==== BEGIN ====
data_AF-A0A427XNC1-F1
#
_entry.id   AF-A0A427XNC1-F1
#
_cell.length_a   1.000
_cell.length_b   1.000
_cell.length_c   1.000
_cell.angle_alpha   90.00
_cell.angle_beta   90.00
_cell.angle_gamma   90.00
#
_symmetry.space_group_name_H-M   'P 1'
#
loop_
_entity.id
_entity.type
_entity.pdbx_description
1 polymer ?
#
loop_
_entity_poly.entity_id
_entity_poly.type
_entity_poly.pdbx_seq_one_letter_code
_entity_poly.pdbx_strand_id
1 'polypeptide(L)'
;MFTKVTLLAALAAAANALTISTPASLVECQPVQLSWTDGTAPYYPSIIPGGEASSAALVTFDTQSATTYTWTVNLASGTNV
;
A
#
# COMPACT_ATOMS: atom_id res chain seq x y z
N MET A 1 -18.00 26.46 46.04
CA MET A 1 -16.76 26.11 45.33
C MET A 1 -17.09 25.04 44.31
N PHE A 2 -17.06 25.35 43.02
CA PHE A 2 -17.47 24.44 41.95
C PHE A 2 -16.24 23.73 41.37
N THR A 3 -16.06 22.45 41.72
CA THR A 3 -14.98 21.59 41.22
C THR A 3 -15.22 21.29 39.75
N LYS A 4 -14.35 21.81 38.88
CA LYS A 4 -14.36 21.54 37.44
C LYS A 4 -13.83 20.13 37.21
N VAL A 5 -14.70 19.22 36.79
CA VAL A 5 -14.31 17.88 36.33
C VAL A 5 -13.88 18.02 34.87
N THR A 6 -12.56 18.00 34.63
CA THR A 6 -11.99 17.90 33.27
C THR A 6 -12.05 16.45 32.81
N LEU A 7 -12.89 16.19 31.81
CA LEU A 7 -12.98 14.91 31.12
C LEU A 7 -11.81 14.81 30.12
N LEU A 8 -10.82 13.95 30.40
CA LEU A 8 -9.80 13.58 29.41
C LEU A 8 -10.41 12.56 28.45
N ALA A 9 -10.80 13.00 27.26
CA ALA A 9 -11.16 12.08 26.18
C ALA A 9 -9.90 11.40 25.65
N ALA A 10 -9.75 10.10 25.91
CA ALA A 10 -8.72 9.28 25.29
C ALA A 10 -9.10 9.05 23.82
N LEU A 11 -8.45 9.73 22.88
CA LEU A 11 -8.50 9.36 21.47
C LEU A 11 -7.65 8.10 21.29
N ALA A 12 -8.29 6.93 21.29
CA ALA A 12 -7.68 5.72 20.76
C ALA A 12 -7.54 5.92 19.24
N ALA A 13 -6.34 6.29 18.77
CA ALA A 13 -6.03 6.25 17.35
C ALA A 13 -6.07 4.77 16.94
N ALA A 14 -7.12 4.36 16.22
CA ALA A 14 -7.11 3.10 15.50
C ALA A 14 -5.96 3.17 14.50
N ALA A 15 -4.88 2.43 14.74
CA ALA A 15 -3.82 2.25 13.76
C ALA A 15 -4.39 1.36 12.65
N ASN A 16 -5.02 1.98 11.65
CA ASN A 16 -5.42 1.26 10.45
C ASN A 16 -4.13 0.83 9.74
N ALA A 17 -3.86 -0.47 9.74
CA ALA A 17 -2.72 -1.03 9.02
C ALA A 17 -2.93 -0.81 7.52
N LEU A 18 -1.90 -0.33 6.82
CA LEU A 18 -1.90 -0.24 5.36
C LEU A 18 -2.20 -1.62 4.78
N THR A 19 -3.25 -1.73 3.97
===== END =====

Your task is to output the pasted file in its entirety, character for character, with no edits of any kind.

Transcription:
data_AF-A0A427XNC1-F1
#
_entry.id   AF-A0A427XNC1-F1
#
_cell.length_a   1.000
_cell.length_b   1.000
_cell.length_c   1.000
_cell.angle_alpha   90.00
_cell.angle_beta   90.00
_cell.angle_gamma   90.00
#
_symmetry.space_group_name_H-M   'P 1'
#
loop_
_entity.id
_entity.type
_entity.pdbx_description
1 polymer ?
#
loop_
_entity_poly.entity_id
_entity_poly.type
_entity_poly.pdbx_seq_one_letter_code
_entity_poly.pdbx_strand_id
1 'polypeptide(L)'
;MFTKVTLLAALAAAANALTISTPASLVECQPVQLSWTDGTAPYYPSIIPGGEASSAALVTFDTQSATTYTWTVNLASGTNV
;
A
#
# COMPACT_ATOMS: atom_id res chain seq x y z
N MET A 1 -18.00 26.46 46.04
CA MET A 1 -16.76 26.11 45.33
C MET A 1 -17.09 25.04 44.31
N PHE A 2 -17.06 25.35 43.02
CA PHE A 2 -17.47 24.44 41.95
C PHE A 2 -16.24 23.73 41.37
N THR A 3 -16.06 22.45 41.72
CA THR A 3 -14.98 21.59 41.22
C THR A 3 -15.22 21.29 39.75
N LYS A 4 -14.35 21.81 38.88
CA LYS A 4 -14.36 21.54 37.44
C LYS A 4 -13.83 20.13 37.21
N VAL A 5 -14.70 19.22 36.79
CA VAL A 5 -14.31 17.88 36.33
C VAL A 5 -13.88 18.02 34.87
N THR A 6 -12.56 18.00 34.63
CA THR A 6 -11.99 17.90 33.27
C THR A 6 -12.05 16.45 32.81
N LEU A 7 -12.89 16.19 31.81
CA LEU A 7 -12.98 14.91 31.12
C LEU A 7 -11.81 14.81 30.12
N LEU A 8 -10.82 13.95 30.40
CA LEU A 8 -9.80 13.58 29.41
C LEU A 8 -10.41 12.56 28.45
N ALA A 9 -10.80 13.00 27.26
CA ALA A 9 -11.16 12.08 26.18
C ALA A 9 -9.90 11.40 25.65
N ALA A 10 -9.75 10.10 25.91
CA ALA A 10 -8.72 9.28 25.29
C ALA A 10 -9.10 9.05 23.82
N LEU A 11 -8.45 9.73 22.88
CA LEU A 11 -8.50 9.36 21.47
C LEU A 11 -7.65 8.10 21.29
N ALA A 12 -8.29 6.93 21.29
CA ALA A 12 -7.68 5.72 20.76
C ALA A 12 -7.54 5.92 19.24
N ALA A 13 -6.34 6.29 18.77
CA ALA A 13 -6.03 6.25 17.35
C ALA A 13 -6.07 4.77 16.94
N ALA A 14 -7.12 4.36 16.22
CA ALA A 14 -7.11 3.10 15.50
C ALA A 14 -5.96 3.17 14.50
N ALA A 15 -4.88 2.43 14.74
CA ALA A 15 -3.82 2.25 13.76
C ALA A 15 -4.39 1.36 12.65
N ASN A 16 -5.02 1.98 11.65
CA ASN A 16 -5.42 1.26 10.45
C ASN A 16 -4.13 0.83 9.74
N ALA A 17 -3.86 -0.47 9.74
CA ALA A 17 -2.72 -1.03 9.02
C ALA A 17 -2.93 -0.81 7.52
N LEU A 18 -1.90 -0.33 6.82
CA LEU A 18 -1.90 -0.24 5.36
C LEU A 18 -2.20 -1.62 4.78
N THR A 19 -3.25 -1.73 3.97